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The main types of cello jobs include performance, repair and restoration, manufacturing, teaching, sales and demonstration. Each of these cello jobs requires a slightly different skill set and expertise, having very different settings and pay rates. No matter what position a person chooses, however, he must be able to play cello competently. Many individuals overlap jobs, such as both teaching and performing.
Cello performers typically have to have a formal degree in music performance, simply because this type of education allows the player to learn music in a more well-rounded, in-depth way. A degree also verifies a specific level of competence in music and performance ability, which employers consider. Some people do succeed through private study, however, so this rule is not absolute.
If a person goes into cello performance, they have many options for where and what to play. Some of the more common jobs are chamber music gigs, such as performing as part of a string quartet as a wedding. Other cellists are able to get work performing in jazz ensembles, such as at clubs. Individuals such as Ron Carter have gained fame for jazz cello work, but generally speaking, people prefer the double bass instead of the cello for jazz playing. A cellist also can play with an orchestra or appear as a soloist, but these positions are extremely competitive, with only the best cellists offered contracts.
Another option for cello jobs is cello repair. Individuals who have this career may do everything from string replacement to replacing bridges or refinishing. These workers often are employed in music shops, but some are experts employed by particular manufacturers who have provided training. Cello repairers must have a solid understanding not only of cello construction, but also of physics and how adjustments and materials impact the overall tone, responsiveness and projection of the instruments they fix. They typically work on fairly inexpensive instruments in the student range, but repairers who work on professional models may have instruments worth many thousands of dollars on their work bench at any given time, making quality work and precision critical.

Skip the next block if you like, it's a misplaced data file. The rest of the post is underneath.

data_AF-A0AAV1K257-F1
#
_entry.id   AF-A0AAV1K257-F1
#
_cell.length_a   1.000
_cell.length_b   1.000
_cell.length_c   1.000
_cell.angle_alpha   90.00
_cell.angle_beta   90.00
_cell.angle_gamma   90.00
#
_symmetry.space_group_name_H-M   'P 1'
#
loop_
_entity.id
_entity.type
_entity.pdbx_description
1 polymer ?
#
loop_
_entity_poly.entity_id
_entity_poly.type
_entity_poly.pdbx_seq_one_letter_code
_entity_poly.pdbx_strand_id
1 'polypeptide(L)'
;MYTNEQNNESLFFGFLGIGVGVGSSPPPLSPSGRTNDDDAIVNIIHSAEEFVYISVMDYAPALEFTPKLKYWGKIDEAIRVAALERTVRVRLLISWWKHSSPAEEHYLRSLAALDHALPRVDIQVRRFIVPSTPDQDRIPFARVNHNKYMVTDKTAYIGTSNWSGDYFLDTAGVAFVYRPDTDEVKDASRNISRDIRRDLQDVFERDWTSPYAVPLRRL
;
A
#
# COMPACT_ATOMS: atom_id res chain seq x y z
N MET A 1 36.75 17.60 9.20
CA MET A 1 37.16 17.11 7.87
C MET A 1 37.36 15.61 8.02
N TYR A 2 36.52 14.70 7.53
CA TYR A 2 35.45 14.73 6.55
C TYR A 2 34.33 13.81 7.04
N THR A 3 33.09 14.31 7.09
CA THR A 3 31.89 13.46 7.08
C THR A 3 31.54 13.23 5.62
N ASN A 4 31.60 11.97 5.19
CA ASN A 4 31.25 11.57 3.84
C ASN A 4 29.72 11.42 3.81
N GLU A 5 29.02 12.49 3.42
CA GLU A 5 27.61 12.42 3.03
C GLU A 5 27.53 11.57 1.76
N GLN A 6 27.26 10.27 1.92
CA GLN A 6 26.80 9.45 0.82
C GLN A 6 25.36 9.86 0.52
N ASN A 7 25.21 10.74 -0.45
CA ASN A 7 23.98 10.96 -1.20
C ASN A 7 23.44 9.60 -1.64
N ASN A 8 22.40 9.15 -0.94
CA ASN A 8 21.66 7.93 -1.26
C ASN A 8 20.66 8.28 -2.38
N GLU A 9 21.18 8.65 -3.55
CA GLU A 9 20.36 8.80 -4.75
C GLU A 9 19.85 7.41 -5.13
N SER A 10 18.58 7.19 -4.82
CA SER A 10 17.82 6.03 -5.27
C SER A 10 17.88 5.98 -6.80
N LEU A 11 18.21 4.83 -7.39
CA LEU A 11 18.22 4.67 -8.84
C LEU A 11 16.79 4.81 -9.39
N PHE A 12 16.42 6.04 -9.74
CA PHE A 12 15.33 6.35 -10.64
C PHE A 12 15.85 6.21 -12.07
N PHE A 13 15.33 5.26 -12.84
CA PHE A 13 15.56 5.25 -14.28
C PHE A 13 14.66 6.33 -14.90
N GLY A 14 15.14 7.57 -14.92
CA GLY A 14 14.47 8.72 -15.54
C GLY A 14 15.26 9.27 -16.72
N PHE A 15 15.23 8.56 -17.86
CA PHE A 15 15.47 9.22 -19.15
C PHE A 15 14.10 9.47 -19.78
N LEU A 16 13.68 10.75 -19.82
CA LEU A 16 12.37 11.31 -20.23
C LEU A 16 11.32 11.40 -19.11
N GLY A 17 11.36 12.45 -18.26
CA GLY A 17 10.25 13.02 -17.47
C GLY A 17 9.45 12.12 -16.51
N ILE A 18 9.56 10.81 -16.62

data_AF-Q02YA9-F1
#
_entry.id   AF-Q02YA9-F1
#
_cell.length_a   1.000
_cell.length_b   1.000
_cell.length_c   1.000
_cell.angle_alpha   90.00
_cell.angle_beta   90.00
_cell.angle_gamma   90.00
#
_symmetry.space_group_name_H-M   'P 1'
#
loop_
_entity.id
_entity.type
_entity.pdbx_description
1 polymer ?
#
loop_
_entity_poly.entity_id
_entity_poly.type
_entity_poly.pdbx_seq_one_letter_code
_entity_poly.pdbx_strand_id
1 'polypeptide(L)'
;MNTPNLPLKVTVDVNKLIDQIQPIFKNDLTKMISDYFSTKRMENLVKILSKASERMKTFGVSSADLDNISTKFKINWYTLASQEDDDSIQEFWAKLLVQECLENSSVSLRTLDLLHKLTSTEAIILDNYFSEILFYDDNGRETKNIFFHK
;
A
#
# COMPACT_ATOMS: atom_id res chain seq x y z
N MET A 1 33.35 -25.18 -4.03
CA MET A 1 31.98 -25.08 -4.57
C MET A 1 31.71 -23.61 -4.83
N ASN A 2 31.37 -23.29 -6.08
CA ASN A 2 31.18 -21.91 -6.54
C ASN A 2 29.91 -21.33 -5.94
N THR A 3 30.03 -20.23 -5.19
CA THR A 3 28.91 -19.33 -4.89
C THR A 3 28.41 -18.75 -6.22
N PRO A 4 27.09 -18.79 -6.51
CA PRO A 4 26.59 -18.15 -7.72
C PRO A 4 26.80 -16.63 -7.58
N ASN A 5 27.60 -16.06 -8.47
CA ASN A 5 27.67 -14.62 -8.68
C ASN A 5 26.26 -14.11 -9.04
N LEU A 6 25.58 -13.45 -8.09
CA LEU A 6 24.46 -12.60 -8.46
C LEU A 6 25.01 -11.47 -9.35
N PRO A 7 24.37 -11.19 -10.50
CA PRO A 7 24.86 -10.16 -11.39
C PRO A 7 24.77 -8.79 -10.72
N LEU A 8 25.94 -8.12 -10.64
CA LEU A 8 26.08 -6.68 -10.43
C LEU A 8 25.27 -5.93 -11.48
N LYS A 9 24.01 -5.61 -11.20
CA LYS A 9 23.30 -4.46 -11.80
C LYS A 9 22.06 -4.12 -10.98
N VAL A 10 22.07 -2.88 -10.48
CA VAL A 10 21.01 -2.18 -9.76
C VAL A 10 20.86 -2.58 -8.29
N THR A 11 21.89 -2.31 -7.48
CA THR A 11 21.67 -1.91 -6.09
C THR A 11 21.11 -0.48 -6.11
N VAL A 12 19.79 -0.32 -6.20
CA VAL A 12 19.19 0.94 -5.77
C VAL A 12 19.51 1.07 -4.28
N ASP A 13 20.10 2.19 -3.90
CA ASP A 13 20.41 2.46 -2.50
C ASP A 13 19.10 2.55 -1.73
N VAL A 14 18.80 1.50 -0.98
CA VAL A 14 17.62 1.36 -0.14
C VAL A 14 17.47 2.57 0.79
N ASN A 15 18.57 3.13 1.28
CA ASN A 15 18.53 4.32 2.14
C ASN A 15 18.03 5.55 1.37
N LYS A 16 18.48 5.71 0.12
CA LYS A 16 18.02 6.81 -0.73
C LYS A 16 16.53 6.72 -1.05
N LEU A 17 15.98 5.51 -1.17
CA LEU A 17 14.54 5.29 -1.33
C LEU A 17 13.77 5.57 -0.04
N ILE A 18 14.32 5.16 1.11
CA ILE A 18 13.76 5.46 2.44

Related to cello repair work is restoration. Workers who focus on this area of repair are concerned with getting older models of cellos back into working order. Often, the instruments they work on are of enormous value because of their rarity and antique status, with some cellos being hundreds of years old. Cello restorers must be familiar with the entire history of the cello and cello music, because their job is to restore the cellos in such a way that the instruments can produce an authentic sound while played in the originally-intended manner.
Cello jobs also include manufacturing. Some of these cello workers concentrate on creating new cello designs the manufacturer can produce. Others focus on moving the design into production, overseeing the mechanical aspects of mass production. Although it is rarer, a handful of people in cello manufacturing create cellos by hand, custom-making each instrument over a period of several weeks based on the specifications indicated by the client. This type of work takes considerable skill and is labor intensive.
Many people with an interest or talent in cello become teachers. Cello instructors fall into two broad categories: private and public. Private instructors give individual lessons, often out of their home, having up to 30 students per week. Public instructors work in schools, with some teachers being the general music director who teaches not only cello, but all instruments, ensembles, bands and choirs. Those at the university or college level usually have to have a doctorate in music education and operate more like private instructors, often performing while not teaching.
Some people looking for cello jobs have luck with sales or demonstration. Sales workers have the task of promoting different cello models, either in person or through other means such as digital marketing through the company website. They often work in music shops, showing customers different models and explaining the pros and cons of each. Demonstrators also are concerned with generating interest in the cello similar to sales workers, but their goal is to create more players, not necessarily to gain a sales profit. They typically target elementary-aged children, playing the cello to show its sound, size and technique and giving some basic historical and performance information.
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